A district court in Osaka has ruled that Japan’s ban on same-sex marriage does not violate the constitution.
The ruling shocked gay couples, and rights activists after another district court in Sapporo ruled in 2021 that the failure to recognize same-sex marriage was “unconstitutional”.
The constitution of Japan defines marriage as one between “both sexes”.
It is the only country in the G7 group of developed countries that do not allow people of the same sex to marry.
Opinion polls show that the majority of the general public is in favour of allowing same-sex marriage in Japan.
Several regions – including Tokyo – have begun issuing partnership certificates to help same-sex couples rent a property and gain hospital visitation rights.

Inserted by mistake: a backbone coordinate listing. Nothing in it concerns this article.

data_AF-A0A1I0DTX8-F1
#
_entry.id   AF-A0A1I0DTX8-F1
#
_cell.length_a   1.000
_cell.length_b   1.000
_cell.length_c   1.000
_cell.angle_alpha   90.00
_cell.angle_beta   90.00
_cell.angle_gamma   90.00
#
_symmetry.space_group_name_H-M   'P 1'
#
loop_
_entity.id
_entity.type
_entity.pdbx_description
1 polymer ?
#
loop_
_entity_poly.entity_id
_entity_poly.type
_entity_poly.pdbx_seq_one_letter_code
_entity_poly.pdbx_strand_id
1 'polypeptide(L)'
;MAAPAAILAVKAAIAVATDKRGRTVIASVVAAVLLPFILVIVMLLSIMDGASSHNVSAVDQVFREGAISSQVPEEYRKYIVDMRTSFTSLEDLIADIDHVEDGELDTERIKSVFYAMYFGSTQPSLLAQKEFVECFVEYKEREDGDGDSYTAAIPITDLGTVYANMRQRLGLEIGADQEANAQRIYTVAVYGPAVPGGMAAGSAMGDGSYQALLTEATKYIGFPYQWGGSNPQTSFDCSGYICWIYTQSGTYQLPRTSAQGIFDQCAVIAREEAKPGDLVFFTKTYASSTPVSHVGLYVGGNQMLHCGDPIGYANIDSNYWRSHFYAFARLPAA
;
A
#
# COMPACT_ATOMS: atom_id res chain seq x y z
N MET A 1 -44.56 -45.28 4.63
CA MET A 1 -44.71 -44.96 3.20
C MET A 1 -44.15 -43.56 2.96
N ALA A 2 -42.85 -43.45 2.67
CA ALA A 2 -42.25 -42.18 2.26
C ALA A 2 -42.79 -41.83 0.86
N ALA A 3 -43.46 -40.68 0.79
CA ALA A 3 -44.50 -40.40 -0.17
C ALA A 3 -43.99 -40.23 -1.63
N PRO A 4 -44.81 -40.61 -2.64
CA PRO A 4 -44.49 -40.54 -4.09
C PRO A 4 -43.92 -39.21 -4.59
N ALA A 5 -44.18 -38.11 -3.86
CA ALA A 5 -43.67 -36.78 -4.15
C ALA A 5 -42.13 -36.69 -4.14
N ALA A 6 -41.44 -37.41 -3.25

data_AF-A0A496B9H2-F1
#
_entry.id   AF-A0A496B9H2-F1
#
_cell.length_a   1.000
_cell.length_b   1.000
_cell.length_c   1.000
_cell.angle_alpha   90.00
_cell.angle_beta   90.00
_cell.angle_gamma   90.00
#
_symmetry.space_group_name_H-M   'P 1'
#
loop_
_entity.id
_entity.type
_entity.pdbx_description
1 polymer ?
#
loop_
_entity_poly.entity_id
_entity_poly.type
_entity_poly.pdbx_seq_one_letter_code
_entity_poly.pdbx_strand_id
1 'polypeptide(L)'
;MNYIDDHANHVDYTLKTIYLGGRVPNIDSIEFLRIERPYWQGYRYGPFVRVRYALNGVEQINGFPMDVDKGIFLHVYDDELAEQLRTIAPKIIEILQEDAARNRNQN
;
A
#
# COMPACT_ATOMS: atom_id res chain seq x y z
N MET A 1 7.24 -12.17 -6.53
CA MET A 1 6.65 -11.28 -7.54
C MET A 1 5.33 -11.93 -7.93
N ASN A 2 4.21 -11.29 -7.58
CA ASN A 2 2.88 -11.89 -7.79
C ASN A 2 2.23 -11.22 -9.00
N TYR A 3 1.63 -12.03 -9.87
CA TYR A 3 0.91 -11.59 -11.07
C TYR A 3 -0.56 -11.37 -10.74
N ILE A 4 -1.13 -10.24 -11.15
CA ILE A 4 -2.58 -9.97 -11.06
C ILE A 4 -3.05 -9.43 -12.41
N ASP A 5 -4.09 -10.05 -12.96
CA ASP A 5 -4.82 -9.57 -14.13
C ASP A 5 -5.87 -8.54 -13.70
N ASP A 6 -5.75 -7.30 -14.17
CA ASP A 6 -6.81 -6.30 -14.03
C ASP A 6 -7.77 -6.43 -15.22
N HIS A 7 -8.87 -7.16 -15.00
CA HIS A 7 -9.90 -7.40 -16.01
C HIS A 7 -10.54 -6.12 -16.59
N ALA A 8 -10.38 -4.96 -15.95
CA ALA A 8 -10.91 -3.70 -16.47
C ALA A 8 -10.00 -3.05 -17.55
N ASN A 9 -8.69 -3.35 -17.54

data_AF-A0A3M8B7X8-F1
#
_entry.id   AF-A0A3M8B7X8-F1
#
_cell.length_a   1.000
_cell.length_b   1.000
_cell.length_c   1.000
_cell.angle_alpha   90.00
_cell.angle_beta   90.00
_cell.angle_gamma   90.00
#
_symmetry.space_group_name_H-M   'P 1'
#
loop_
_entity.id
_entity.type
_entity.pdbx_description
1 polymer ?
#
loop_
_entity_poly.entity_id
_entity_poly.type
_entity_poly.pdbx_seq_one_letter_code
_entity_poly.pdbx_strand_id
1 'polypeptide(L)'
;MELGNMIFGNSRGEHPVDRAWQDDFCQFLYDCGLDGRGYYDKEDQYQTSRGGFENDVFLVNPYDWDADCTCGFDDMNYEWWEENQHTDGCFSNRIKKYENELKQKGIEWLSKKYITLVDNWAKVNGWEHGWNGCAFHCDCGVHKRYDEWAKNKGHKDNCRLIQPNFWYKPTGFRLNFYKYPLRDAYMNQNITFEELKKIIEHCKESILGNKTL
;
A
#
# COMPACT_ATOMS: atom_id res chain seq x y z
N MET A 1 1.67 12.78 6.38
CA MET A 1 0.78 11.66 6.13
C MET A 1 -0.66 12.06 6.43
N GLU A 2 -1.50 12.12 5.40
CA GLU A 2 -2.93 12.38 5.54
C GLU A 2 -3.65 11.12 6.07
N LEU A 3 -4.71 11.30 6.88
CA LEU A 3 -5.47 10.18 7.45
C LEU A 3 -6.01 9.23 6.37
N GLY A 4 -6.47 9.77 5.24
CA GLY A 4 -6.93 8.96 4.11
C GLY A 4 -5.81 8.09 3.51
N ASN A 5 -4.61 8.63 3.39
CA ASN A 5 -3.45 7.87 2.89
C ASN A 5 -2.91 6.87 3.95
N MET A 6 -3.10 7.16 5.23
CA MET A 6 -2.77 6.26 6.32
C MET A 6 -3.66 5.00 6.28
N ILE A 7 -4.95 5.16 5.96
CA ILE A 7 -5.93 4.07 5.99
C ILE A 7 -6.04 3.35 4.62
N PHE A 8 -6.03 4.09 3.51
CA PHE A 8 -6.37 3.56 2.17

The Osaka case was filed by three same-sex couples, two of whom were men and one woman. This is the second case of its kind in the country, where the stereotypical attitude towards homosexuality continues.
In addition to rejecting their claim that being unable to marry was unconstitutional, the court also rejected demands for damages of 1 million yen ($7,414; £6,058) for each couple who argued that they needed to marry. “Unjustified discrimination” was faced by not allowing it.
But the court also said there had not been enough public debate about same-sex marriage and that “it may be possible to create a new system” recognizing the interests of same-sex couples.
“From the perspective of individual dignity, it can be said that it is necessary to realise the benefits of same-sex couples being publicly recognised through official recognition,” the court said in its ruling.
“Public debate on what kind of system is appropriate for this has not been thoroughly carried out.”
The court’s decision is seen as a blow to gay rights activists and couples who were hoping to pressure the Japanese government to address same-sex unions.